For the first time in 23 years, a new physician will begin practice on the Key Peninsula. After 15 years of active recruiting, Dr. William Roes is pleased that Paul Schmidt, D.O., has joined his practice.

“I had a lot of dates,” he said, referring to his long series of unsuccessful interviews, “but never made it to the prom.”

The “date” is a handsome young physician who will finish his family practice residency at Tacoma Family Medicine in June. Dr. Schmidt is one of eight third-year residents in the Tacoma Family Medicine program. His primary facility has been Good Samaritan Hospital in Puyallup; but due to funding issues, that program will close this year. To gain experience in rural medicine, Schmidt has been coming to the Key Peninsula one Saturday a month and one month a year during his three-year residency. He spent the month of April in clinical rotation at Dr. Roes’ office.

“It’s really nice to be working with the community and the folks I’m familiar with,” said Schmidt. “It already feels like I’m part of the clinic; knowing the staff and knowing some of the patients will make it a smooth transition.”

Schmidt and his wife, Elesa, his “high school sweetheart,” are from Gig Harbor, where they have lived for the three years since he returned from medical school in Kansas City and the University of Health Sciences – College of Osteopathic Medicine. The Schmidts are the parents of three boys, ages 5, 3, and one born this past March.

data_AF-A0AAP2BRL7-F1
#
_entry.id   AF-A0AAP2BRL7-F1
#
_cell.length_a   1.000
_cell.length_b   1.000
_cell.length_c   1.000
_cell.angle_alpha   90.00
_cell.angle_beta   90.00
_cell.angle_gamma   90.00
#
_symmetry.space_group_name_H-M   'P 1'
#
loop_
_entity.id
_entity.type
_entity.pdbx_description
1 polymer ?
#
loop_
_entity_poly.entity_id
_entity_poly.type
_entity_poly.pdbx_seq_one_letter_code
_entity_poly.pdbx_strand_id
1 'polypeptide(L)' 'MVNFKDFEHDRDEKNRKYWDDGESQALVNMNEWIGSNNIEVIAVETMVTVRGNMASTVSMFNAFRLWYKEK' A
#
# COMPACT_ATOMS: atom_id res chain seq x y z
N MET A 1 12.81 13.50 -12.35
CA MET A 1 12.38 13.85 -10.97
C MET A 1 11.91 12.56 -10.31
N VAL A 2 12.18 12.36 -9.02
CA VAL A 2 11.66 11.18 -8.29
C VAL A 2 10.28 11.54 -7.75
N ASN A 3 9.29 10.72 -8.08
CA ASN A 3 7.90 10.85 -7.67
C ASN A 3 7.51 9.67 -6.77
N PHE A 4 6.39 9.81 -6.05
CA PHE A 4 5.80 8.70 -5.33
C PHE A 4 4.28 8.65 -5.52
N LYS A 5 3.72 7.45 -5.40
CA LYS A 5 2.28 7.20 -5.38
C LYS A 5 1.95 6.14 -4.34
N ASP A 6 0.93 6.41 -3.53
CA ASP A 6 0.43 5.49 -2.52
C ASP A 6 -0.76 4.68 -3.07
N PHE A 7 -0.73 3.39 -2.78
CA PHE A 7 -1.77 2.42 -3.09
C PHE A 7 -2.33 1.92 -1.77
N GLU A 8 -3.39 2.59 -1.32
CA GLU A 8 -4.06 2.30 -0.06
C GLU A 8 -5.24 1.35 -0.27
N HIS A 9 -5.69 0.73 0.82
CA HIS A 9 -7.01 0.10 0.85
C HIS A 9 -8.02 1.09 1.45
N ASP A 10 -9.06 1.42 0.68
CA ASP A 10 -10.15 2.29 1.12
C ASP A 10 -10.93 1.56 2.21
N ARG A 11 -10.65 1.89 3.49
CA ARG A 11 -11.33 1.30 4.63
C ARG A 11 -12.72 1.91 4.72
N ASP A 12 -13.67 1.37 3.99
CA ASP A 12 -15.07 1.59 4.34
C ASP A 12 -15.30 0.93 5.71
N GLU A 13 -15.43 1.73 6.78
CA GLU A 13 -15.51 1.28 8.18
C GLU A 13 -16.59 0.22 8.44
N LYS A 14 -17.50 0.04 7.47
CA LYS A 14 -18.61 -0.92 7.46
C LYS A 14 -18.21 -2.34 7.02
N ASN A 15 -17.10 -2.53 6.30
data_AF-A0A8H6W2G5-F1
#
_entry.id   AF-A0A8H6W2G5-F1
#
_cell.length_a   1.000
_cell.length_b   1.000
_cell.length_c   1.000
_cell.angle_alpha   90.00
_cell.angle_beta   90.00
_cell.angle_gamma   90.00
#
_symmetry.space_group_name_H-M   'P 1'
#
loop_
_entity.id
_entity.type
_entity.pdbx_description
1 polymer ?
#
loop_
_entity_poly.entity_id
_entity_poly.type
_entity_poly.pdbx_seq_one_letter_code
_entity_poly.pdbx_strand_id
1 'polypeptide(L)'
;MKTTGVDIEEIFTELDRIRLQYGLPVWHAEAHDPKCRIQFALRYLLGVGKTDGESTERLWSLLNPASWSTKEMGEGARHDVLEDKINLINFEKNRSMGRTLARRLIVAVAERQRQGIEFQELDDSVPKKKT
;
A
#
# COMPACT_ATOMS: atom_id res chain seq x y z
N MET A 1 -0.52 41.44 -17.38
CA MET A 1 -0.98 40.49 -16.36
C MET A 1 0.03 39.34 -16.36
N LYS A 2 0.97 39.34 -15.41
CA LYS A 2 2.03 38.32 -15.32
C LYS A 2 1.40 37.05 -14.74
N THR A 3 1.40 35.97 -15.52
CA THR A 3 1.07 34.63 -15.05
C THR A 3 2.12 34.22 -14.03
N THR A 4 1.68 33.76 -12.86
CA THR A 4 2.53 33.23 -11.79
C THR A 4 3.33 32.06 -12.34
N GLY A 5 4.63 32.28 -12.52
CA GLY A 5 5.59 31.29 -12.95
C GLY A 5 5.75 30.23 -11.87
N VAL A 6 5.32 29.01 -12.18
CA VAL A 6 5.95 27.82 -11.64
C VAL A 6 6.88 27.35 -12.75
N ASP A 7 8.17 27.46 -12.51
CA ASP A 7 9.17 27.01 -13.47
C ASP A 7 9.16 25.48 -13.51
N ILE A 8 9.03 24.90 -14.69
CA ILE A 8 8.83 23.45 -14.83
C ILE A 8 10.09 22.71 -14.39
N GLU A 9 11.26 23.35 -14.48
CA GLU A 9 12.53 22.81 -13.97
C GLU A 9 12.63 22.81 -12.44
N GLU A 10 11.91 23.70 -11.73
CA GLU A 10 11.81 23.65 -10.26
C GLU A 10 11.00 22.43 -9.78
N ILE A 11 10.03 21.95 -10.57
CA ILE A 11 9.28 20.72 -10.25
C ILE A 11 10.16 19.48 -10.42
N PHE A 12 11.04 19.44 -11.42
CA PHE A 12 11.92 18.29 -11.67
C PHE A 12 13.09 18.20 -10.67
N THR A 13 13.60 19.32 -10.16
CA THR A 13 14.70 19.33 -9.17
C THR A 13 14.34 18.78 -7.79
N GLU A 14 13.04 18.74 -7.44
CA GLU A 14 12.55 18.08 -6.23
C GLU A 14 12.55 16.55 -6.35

Health care on the Key Pen has always been in short supply. In 1974, the Longbranch Community Church began offering volunteer clinics and safe adult respite day care with Jean Broadsack, nurse practitioner, and nurses Nat Knox and Judy Wilson. Their work was supported by donations, volunteer labor, and the Angel Guild. Sometime later, a nonprofit community corporation now known as the KP Community Health Center, was formed.

Roes first came to the Key Peninsula as a medical student, studying at Washington University in St. Louis in 1977. In 1978, the KP Community Health Center received a grant that enabled it to expand. The center brought in Dean Shriner, nurse practitioner, and moved from the Longbranch parsonage to Key Center, into the building now occupied by A Lot of Love grooming salon. At that point, they began contracting with insurance companies and third-party payors, and started charging fee-for-service.

The director of Tacoma Family Medicine, Dr. Roy Verac, served as medical director of KP Health Center. He and Dr. Shirts, as part of the residency program, would send the chief resident to the Peninsula to see patients for half a day each week, and supervise Shriner. The residency program’s electives included exposure to rural medicine and urban underserved areas.

In 1979, Roes began his rotation on the Key Pen and when he completed his residency, he began a full-time practice here in 1981. The National Health Service Corps had designated the KP as a “healthcare manpower shortage area,” and offered medical training loan repayment to physicians who made a three-year commitment to work in such areas.

In 1981, the Health Center received a grant from the federal Housing and Urban Development agency to build a new facility. The first phase was the completion of the building housing the local branch of the Pierce County Library. In 1982, the Health Center moved into its present location in that building.

From 1981 to 1984 the staff worked as employees of the National Health and Human Services Department of the U.S. government. In 1984, Dr. Roes became an independent contractor and medical director of the KP Health Center. The board of directors sold the business—equipment, accounts receivable, and access to patients—to Roes in an arrangement to provide medical services in lieu of rent until 1993, when he built his present office at 15610 89th Street, just up the hill from the library.